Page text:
The other thing I have learned is the more good things I compliment them on – the better they become.

    There is never any question in my staff’s mind whether I am proud of them or change is required!!

    • June 26, 2013 8:14 pm

      Great comments Sue. I agree that sharing the good feedback is just as important as sharing the areas for improvement. It really comes down to communicating the messages you want to in a clear fashion.

      Thanks!

  2. Steve permalink
    July 25, 2013 5:50 pm

    Love the piece. Sometimes people just need to be told and trying to be the “nice guy” risks the employee actually getting the message.

    • July 28, 2013 1:13 pm

      Hi Steve.
      Glad you enjoyed my article. I always think people should take the high road when delivering feedback and be as authentic and caring as possible. But, the key is to be honest and straight!!

  3. Olumide Idowu permalink
    July 26, 2013 1:24 pm

    I find your comments quite profound and a bold departure from what I am being made to realize is the Canadian norm for giving feedback,particularly in professional work environment. I am a recently landed skilled immigrant with considerable managerial work experience from outside Canada.I was shocked when I was confronted at a training that it is not permissible to be blunt/frank when giving feedback to subordinates,in order not to demoralize people or incite avoidable litigation’s. I have taken time to reflect on the motive of the concept of sandwich and do not think it is ill-intentioned. I am however of the strong opinion that Managers need to exercise informed discretion when using feedback.I think it is unfair for a supervisor to be soft or skirt issues when a direct report needs honest/blunt feedback in order to keep his job or sustain the confidence of his/her employers. Internationally trained professionals will continue to have issues with adjusting quickly to professional life in Canada,if they work with Managers who are too scared to bite the bullet in relation to giving honest feedback to someone who needs to learn the rope quickly in a new country. Though still searching for a job that fits my skills and experience,I will be honest to confess that I do not pray to work with people who will not tell me the truth at the right time.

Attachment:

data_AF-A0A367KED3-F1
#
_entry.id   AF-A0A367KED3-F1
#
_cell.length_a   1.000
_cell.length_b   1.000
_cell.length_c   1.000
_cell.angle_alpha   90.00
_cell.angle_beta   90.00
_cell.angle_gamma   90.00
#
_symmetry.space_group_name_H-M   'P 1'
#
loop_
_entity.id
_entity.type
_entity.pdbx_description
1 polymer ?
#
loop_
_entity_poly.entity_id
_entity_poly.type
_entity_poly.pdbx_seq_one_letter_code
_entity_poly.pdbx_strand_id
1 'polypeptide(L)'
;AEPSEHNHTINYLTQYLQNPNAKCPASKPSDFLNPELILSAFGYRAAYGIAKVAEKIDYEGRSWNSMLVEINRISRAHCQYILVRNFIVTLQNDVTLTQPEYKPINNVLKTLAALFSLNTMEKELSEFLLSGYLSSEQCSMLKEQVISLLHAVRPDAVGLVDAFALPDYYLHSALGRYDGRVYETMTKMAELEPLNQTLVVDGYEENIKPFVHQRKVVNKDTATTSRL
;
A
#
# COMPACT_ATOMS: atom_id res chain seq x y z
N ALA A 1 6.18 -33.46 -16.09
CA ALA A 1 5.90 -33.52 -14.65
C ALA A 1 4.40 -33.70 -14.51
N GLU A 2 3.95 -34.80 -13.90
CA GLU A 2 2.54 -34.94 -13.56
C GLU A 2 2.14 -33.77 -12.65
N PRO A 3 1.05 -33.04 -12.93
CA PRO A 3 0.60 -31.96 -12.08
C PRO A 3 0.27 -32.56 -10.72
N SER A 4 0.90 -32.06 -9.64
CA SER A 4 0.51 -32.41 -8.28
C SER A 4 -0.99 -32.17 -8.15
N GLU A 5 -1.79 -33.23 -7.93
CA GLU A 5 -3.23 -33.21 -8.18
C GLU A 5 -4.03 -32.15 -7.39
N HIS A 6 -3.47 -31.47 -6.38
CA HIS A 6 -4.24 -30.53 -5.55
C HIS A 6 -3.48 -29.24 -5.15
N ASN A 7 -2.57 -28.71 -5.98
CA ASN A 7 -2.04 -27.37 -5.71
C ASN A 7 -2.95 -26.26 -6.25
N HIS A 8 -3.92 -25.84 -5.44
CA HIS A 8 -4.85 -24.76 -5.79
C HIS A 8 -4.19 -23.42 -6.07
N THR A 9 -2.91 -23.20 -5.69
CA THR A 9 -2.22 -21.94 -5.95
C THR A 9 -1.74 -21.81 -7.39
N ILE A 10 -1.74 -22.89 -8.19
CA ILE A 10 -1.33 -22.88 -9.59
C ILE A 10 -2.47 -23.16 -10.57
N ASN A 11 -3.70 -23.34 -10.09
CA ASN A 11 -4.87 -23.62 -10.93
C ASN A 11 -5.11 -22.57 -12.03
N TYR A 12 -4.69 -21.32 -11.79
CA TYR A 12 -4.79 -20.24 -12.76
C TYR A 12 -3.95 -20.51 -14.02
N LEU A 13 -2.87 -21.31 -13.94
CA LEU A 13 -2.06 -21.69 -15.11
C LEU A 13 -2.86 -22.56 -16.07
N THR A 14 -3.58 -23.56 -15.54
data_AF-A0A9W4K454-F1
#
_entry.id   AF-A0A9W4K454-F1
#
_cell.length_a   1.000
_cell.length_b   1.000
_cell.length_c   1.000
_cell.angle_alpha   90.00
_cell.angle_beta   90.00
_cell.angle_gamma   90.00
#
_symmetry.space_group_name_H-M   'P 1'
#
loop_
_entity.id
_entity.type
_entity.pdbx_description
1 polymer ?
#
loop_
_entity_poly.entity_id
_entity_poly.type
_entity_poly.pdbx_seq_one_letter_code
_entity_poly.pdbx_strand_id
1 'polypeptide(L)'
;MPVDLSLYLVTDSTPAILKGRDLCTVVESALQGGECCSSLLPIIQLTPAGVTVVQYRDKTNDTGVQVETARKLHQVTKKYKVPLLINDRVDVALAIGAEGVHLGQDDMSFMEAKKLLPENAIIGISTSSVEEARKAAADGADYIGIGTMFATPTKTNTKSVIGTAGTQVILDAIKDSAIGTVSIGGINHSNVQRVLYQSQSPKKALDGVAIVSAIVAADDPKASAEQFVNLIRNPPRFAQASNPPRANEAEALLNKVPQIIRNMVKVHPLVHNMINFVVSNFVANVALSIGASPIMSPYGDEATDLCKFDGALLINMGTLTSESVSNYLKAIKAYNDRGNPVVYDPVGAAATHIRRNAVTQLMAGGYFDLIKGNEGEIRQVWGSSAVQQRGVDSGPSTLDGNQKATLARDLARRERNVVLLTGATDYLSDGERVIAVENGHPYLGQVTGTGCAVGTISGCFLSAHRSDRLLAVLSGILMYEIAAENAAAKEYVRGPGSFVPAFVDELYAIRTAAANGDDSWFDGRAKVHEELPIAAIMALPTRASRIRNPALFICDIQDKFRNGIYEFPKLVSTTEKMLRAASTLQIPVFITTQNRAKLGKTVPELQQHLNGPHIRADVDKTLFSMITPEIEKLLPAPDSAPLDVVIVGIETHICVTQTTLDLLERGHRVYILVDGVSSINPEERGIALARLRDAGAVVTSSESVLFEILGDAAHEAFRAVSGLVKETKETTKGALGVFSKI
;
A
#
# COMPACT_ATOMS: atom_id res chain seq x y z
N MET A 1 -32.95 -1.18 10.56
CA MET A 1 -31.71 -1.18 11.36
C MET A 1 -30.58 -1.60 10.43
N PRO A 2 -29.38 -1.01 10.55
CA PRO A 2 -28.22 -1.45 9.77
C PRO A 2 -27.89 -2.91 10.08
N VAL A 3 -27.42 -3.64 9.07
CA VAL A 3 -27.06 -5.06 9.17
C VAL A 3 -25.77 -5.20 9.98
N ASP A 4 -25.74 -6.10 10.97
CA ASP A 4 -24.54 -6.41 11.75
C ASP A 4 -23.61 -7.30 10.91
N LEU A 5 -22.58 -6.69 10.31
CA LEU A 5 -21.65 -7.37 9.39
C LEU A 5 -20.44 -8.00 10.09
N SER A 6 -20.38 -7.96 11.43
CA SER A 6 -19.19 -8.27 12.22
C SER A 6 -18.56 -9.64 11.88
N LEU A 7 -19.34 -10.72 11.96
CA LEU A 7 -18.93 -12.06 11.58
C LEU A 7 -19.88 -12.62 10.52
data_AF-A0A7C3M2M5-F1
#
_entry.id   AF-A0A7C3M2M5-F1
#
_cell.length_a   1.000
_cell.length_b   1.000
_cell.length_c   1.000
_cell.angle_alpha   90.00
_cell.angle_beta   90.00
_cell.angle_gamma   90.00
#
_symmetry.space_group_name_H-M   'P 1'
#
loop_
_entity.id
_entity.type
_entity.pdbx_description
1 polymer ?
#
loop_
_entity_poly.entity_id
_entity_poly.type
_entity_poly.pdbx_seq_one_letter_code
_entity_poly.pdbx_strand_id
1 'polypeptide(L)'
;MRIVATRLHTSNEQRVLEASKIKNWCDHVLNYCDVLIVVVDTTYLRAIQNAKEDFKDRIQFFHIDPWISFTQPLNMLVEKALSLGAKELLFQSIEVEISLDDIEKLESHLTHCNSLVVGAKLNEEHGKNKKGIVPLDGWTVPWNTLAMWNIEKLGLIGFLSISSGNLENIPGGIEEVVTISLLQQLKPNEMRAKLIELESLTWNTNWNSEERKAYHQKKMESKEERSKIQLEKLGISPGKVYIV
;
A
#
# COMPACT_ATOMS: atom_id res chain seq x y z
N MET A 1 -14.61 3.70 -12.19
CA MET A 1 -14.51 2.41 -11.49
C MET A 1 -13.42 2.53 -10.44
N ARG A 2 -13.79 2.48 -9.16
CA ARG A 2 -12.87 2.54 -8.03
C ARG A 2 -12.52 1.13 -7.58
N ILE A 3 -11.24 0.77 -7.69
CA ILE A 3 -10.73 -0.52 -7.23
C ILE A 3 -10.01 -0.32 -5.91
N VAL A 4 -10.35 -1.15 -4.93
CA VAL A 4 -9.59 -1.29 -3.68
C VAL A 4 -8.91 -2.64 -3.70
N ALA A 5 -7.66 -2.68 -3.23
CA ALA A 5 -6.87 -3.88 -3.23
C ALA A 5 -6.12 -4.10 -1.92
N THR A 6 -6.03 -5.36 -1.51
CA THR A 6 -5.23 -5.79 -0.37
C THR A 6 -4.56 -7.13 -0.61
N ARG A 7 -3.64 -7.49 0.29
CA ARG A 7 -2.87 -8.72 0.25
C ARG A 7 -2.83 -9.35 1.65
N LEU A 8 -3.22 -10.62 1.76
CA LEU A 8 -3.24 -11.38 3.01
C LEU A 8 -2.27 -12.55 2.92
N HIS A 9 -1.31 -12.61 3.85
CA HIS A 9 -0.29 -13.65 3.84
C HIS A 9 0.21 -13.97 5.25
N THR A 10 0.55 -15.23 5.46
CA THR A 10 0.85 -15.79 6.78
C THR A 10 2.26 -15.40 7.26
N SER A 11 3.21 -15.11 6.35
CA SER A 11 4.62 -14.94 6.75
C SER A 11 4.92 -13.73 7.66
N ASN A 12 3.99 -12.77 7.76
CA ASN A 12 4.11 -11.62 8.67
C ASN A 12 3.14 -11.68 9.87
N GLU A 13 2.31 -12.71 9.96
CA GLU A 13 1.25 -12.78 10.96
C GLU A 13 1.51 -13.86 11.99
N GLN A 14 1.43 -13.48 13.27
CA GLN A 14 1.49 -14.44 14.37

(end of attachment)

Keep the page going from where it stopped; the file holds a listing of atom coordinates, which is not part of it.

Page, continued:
• July 28, 2013 1:18 pm

      It sounds like some of the training you have received here does not agree with your management philosophies. I think the great thing about Canada is it is all about individuality. I would encourage you to exercise what you think is the best management style for you. I commend you for being honest as a manager and I agree with you that being straight forward is the best way to deliver feedback. I think the key is to deliver such honest feedback with a caring heart that shows you are concerned about the individual’s career and his/her own development, thus why you are telling them the truth from your perspective. Keep honing your unique style of leadership and look for a company that suits your style (if you can’t find you, create your own!!!) Anything is possible and the road to success is not always clean and straight. Good luck!

  4. Kristi D permalink
    August 15, 2013 3:15 pm

    Love this post, Carey-Ann! I couldn’t agree more – honesty is the best policy!